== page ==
Day 301 – The End

Well, this is it. It’s January 7 and it’s time to say goodbye. In just under 3 hours, a doctor will help me to leave this body behind and go wherever it is we go.

I have always had a very intuitive relationship with my body. Sometimes when I’d been having a lot of trouble with my colon, it will stop in the face of something bigger. When I got cellulitis, I had no colon issues for 3 weeks.

Now, I am coughing like crazy and my colon is calm although quite achy at times.

So, my friends, I want to thank you for reading the blog and commenting. I am so pleased that many of you got so much out of it. It was not my intention to start a cancer blog.

Regardless in 90 minutes the doctor will arrive and we shall begin the end.

Deb, Angelina, Joe, Rosie – I love you deeply.

Everyone else who helped us out, your generosity will not be forgotten.

Day 300 – the ‘pull the plug’ edition

I cannot believe it is the day before I am going to die. I am relieved because things are getting harder but it is going to be so hard to say goodbye to my chosen family. For someone who has had four sets of parents, one set of step-parents and two ½ brothers, I have no traditional family. My chosen family more than takes up the slack.

I’ve been reflecting on my death for the last couple of months. Deb asked me if I was scared and I am not, at all. MAiD has done such a great job explaining the process there is nothing to fear.

I don’t really have much to say that I haven’t already said. Ultimately, if I had a choice, I would choose to have a treatable breast cancer. Unfortunately, that was not to be my fate. I entered the game being many points behind with only a minute to go. I used up my time and I wasn’t able to score all the points. 

I want to thank everyone for all the help – whether it was over the summer, bringing us food etc. It has all been immensely appreciated. Thank you.

And, I think that’s it. Unless something else comes up.january 6, 2019

Day 299 – the ‘more miscellany’ edition

Well, it’s another blog where I don’t have to craft full paragraphs:

January 5, 2019.jpg

  1. Don’t trust people who don’t like dogs. 
  2. If your dog doesn’t like someone there is usually a reason. Stevie disliked this one person every time she saw him. We though she was just being shy.⁠1 She never stopped barking at them no longer how long they visited.
  3. Death is something we all have to face at some point in time. All of the secrecy that surrounds death only leads to fear and confusion. I think if we can somehow normalize death – talking about the process more openly instead of in hushed/shamed tones, particularly around children. This only serves to confuse and make them fearful.⁠2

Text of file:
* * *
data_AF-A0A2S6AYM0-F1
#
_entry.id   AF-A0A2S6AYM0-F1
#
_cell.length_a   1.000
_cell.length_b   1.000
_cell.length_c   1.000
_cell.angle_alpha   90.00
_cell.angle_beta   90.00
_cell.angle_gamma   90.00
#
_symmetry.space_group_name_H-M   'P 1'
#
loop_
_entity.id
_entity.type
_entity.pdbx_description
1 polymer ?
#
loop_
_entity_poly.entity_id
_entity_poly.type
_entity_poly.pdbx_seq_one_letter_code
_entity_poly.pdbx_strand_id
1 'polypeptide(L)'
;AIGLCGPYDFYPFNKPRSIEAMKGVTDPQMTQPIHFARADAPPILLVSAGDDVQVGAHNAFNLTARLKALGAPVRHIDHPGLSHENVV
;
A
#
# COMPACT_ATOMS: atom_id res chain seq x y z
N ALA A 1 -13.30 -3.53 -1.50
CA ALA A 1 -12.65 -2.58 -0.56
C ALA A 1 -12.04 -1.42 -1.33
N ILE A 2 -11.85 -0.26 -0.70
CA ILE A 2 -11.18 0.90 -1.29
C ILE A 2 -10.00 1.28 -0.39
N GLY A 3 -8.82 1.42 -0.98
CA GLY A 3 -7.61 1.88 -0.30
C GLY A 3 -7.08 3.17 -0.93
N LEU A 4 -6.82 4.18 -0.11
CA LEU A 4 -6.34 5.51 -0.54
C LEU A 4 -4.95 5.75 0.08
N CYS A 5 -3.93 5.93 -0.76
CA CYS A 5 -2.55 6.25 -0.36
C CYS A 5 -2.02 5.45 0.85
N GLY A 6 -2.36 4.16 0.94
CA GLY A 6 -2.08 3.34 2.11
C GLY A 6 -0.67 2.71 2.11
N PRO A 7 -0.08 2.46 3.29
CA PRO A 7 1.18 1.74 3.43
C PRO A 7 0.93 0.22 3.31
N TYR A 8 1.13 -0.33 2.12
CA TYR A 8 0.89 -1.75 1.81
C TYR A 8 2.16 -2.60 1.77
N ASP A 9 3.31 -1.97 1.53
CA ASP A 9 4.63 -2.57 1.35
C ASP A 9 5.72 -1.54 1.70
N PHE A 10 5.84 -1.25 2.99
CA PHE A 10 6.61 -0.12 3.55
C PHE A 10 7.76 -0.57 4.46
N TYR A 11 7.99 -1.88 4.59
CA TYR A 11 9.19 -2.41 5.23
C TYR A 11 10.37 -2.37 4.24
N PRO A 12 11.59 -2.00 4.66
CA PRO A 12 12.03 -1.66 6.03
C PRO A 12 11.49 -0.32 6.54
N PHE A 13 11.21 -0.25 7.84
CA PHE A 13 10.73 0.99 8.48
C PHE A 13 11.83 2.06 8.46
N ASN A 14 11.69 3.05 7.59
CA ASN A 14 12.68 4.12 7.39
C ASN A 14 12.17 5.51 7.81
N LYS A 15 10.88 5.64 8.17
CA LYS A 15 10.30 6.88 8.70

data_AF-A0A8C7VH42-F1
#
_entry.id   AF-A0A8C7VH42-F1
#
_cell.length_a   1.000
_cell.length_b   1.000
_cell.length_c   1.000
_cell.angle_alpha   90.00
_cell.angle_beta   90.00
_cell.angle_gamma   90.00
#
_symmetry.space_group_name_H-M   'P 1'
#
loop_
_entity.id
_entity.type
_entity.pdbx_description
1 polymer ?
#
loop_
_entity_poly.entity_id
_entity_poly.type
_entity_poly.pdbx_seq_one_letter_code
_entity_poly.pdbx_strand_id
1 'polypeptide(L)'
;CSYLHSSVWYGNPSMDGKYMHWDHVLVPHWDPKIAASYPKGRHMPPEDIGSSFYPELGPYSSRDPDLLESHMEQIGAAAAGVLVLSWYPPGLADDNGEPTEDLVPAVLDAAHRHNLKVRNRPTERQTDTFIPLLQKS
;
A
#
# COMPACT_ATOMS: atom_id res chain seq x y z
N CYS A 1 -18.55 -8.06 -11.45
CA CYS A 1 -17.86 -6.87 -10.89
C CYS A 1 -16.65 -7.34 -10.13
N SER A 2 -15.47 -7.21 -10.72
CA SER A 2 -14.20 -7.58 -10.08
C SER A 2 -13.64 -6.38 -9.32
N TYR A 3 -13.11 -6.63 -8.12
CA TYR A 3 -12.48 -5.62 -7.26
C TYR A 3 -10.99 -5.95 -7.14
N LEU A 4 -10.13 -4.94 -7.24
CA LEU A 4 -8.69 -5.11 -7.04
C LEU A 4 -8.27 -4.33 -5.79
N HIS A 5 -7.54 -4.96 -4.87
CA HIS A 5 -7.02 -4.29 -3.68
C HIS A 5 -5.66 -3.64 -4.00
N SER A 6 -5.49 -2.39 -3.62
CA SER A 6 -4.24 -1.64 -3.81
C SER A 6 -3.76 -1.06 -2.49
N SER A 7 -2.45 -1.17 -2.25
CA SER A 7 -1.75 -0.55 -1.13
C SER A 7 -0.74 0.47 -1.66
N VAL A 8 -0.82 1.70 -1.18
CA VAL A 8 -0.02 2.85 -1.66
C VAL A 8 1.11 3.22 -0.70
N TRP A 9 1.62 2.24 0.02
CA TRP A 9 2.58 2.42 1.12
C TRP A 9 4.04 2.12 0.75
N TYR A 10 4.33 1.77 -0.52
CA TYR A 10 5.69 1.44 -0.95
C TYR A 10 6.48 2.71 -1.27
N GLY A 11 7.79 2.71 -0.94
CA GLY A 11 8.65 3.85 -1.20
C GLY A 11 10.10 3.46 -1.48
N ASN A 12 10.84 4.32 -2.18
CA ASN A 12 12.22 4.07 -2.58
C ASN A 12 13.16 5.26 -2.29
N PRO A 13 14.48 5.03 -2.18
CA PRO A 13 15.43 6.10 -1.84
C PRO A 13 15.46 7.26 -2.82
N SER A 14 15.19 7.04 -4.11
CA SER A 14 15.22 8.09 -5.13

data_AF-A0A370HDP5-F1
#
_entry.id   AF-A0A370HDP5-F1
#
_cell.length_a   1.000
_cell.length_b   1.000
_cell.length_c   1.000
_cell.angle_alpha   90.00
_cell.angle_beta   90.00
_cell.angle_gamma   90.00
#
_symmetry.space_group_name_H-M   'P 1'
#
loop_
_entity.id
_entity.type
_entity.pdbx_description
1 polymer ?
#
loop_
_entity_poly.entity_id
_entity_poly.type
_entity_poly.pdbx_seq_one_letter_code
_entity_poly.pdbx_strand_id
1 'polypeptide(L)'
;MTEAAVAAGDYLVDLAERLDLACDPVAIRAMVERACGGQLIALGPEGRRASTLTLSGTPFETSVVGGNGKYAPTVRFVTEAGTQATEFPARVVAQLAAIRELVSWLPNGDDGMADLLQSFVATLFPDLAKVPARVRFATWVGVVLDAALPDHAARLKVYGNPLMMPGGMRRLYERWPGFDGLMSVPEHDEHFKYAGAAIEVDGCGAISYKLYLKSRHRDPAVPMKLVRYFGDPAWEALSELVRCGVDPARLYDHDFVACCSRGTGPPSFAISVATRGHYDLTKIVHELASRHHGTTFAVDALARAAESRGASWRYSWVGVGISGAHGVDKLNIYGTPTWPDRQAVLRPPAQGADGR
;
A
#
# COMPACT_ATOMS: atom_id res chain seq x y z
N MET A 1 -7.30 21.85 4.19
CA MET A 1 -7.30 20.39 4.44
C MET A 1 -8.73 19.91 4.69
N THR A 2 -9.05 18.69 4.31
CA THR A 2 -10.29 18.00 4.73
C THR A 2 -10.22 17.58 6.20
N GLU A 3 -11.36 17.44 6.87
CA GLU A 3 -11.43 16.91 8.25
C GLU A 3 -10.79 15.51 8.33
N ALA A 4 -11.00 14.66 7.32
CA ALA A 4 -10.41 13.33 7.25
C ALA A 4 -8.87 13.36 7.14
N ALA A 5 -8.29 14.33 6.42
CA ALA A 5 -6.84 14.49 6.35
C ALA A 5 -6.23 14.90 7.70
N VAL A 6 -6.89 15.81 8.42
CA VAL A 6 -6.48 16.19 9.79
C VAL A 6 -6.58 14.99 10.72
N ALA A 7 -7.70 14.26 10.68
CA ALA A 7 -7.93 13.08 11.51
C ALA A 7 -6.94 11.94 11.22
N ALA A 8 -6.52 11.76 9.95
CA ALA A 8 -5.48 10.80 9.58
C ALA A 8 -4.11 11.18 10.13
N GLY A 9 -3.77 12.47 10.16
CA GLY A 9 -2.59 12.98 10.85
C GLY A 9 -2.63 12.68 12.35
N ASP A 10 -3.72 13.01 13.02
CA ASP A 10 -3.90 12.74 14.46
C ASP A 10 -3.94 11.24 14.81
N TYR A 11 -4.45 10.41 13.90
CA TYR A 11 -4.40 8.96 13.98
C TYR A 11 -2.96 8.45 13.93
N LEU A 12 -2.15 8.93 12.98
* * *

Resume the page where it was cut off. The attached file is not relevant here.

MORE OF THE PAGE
4. As we know, there are as many and varied ways as there are human beings to die. The thing is we are all going to do it. Very rarely, do we have an opportunity to say goodbye to our loved ones in a deliberate and loving way. Instead of waiting until I could barely function, waiting for death, choosing to take control with MAiD has made me feel so much more positive about the whole thing.⁠3
  5. Today, I am having the pleasure to listen to one of my oldest friends cooking and baking while they laugh and have a great time. I knew they would like each other. It is so heartening to see that this is much more of a celebration of me than it is about death. We all know what’s going to happen on Monday.
  6. I feel good about Monday. I know that I have no other options and that to continue to do chemo will just make me sicker. Sometimes when I look at those women who have been fighting for years, I have to remember that many of them started with lower stages. I am mentioning this because although many of you think I am brave for doing MAiD, I think I am not at all brave. I am avoiding all of the unpleasantness that comes with the advanced decline of death. I am not into someone wiping my ass.
  7. In many ways I am still reeling from the diagnosis. My year turned out so much differently than I had envisioned last January. We were on track until about mid-March. I have barely accepted the cancer let alone the death part. I am fearful it will enter my brain. I am already somewhat concerned about my balance. 
  8. As much as I don’t want to die, I am also quite accepting of the fact now. My life has been hell physically for well over a decade. I have always had issues with my weight and they have been compounded by my other illnesses. Not having to face another summer, or Christmas or deal with the hard parts of life, I am happy to be checking out. Again not that I would choose to go now however, I am accepting, and, in some ways, I am relieved. The best part is that I don’t have to pack a bag.
  9. MAiD sent a couple of nurses yesterday to make sure that they could access my port. There was a bit of trouble but I was able to point out one of the edges out and it was fine. I think one of them was a bit nervous so I tried to keep her calm by letting her continue to try. She got it. So all should be fine.